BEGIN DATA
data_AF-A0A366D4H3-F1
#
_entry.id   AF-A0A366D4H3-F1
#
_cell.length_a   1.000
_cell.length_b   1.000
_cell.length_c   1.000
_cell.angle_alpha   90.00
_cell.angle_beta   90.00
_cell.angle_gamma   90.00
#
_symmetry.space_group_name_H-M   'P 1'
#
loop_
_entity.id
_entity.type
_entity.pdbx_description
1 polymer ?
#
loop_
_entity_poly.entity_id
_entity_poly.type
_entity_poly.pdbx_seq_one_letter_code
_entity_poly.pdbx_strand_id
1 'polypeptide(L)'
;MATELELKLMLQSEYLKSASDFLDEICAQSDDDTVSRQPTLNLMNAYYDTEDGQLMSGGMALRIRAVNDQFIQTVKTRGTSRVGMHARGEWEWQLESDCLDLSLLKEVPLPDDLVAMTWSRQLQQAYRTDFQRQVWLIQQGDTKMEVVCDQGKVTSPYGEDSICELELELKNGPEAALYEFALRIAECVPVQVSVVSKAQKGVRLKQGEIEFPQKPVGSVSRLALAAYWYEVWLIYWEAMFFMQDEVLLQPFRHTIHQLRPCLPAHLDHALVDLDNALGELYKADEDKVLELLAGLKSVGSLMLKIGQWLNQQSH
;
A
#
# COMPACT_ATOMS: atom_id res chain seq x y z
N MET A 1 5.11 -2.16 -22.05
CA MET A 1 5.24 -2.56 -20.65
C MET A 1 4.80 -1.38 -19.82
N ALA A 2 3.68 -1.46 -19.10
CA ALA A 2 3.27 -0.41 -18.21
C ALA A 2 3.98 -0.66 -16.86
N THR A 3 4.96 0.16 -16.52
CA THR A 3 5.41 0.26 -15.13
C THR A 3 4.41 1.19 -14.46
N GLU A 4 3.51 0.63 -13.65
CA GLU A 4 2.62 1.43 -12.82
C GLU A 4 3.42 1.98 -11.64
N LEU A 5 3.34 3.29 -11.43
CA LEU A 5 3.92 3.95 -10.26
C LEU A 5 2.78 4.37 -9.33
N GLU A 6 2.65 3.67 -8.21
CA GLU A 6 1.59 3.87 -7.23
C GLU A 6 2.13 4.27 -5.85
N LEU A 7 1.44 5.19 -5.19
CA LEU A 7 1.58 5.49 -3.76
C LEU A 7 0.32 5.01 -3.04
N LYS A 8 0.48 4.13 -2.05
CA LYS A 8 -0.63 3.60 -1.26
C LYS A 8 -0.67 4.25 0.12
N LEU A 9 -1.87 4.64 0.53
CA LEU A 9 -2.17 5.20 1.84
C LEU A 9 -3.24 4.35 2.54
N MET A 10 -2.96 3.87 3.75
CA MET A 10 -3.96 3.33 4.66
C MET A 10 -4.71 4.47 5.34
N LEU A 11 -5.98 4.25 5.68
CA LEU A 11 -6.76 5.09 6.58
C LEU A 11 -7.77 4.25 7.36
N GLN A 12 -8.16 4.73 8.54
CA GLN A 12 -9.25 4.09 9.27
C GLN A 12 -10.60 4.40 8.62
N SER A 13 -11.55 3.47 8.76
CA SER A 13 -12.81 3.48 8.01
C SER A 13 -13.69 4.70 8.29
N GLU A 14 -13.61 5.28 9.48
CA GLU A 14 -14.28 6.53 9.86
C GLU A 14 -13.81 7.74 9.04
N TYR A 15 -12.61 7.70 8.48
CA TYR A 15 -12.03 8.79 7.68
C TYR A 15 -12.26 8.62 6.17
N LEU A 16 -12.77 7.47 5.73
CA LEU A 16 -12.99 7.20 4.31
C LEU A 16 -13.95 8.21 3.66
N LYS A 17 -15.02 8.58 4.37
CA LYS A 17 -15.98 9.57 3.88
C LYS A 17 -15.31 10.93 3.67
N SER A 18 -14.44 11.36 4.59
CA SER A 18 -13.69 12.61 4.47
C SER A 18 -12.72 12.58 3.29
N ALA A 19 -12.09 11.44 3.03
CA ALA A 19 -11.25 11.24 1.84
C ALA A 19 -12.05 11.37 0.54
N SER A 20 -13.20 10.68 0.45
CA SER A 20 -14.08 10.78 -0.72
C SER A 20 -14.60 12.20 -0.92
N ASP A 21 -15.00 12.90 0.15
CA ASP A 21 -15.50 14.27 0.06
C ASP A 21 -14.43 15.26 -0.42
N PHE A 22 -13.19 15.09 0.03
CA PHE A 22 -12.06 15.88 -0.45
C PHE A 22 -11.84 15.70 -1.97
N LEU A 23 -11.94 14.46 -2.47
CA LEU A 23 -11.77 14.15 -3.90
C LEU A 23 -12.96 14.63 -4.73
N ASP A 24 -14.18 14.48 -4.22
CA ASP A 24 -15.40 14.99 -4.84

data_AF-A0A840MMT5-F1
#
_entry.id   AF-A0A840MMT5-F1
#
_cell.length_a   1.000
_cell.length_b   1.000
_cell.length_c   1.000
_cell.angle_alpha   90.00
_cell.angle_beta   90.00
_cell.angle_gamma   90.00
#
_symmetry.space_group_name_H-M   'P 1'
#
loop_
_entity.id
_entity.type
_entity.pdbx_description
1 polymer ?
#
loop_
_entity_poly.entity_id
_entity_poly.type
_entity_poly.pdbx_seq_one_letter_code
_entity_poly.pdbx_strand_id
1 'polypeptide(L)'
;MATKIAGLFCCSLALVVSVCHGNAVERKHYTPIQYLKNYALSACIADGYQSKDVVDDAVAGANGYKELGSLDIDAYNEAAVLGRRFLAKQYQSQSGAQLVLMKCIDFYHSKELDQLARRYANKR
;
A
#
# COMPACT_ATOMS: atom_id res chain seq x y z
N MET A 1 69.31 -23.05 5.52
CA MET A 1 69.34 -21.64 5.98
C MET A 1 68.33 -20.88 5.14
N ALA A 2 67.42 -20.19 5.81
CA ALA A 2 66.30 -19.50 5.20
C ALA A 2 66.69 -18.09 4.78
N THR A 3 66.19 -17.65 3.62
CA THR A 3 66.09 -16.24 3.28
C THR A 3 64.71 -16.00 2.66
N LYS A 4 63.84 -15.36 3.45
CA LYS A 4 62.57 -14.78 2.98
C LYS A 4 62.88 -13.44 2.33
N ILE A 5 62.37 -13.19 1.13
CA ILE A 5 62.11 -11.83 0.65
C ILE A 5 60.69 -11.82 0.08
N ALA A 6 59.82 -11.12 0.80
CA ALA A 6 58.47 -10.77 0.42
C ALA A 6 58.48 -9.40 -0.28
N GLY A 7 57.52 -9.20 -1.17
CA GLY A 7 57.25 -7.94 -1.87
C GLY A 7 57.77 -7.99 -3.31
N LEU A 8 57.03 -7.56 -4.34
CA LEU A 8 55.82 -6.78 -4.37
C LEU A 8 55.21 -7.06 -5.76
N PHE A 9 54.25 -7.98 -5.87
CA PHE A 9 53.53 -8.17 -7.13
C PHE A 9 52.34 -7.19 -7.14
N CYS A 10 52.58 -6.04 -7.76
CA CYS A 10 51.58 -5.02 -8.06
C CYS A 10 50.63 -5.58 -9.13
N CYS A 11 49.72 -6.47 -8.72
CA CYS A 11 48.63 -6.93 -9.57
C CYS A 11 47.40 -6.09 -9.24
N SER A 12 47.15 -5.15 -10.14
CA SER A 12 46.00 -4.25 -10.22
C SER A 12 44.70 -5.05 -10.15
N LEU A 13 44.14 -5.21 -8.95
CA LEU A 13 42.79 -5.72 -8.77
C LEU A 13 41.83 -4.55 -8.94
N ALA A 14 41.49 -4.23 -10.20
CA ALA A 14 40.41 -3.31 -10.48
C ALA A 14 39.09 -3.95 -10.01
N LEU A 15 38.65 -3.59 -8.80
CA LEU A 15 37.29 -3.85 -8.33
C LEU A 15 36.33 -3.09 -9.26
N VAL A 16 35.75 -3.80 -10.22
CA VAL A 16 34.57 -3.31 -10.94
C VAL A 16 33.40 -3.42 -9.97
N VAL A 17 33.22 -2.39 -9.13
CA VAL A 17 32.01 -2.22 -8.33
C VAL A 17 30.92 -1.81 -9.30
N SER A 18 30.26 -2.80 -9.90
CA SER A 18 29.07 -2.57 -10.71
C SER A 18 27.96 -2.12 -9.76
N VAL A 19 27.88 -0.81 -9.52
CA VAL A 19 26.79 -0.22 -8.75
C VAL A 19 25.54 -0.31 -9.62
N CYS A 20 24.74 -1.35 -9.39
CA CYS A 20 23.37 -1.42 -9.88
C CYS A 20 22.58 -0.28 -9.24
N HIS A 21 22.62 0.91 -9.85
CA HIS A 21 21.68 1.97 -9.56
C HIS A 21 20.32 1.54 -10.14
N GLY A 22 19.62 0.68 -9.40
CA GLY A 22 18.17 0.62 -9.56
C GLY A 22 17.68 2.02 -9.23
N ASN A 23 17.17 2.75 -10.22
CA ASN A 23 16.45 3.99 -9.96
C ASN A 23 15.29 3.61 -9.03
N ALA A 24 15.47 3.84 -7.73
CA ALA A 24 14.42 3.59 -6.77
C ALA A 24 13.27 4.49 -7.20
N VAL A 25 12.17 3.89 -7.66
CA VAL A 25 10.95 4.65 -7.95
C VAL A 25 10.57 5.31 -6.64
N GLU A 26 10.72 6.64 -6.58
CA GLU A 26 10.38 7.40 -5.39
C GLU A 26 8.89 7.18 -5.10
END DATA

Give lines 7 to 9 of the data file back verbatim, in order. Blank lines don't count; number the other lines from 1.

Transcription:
_cell.length_c   1.000
_cell.angle_alpha   90.00
_cell.angle_beta   90.00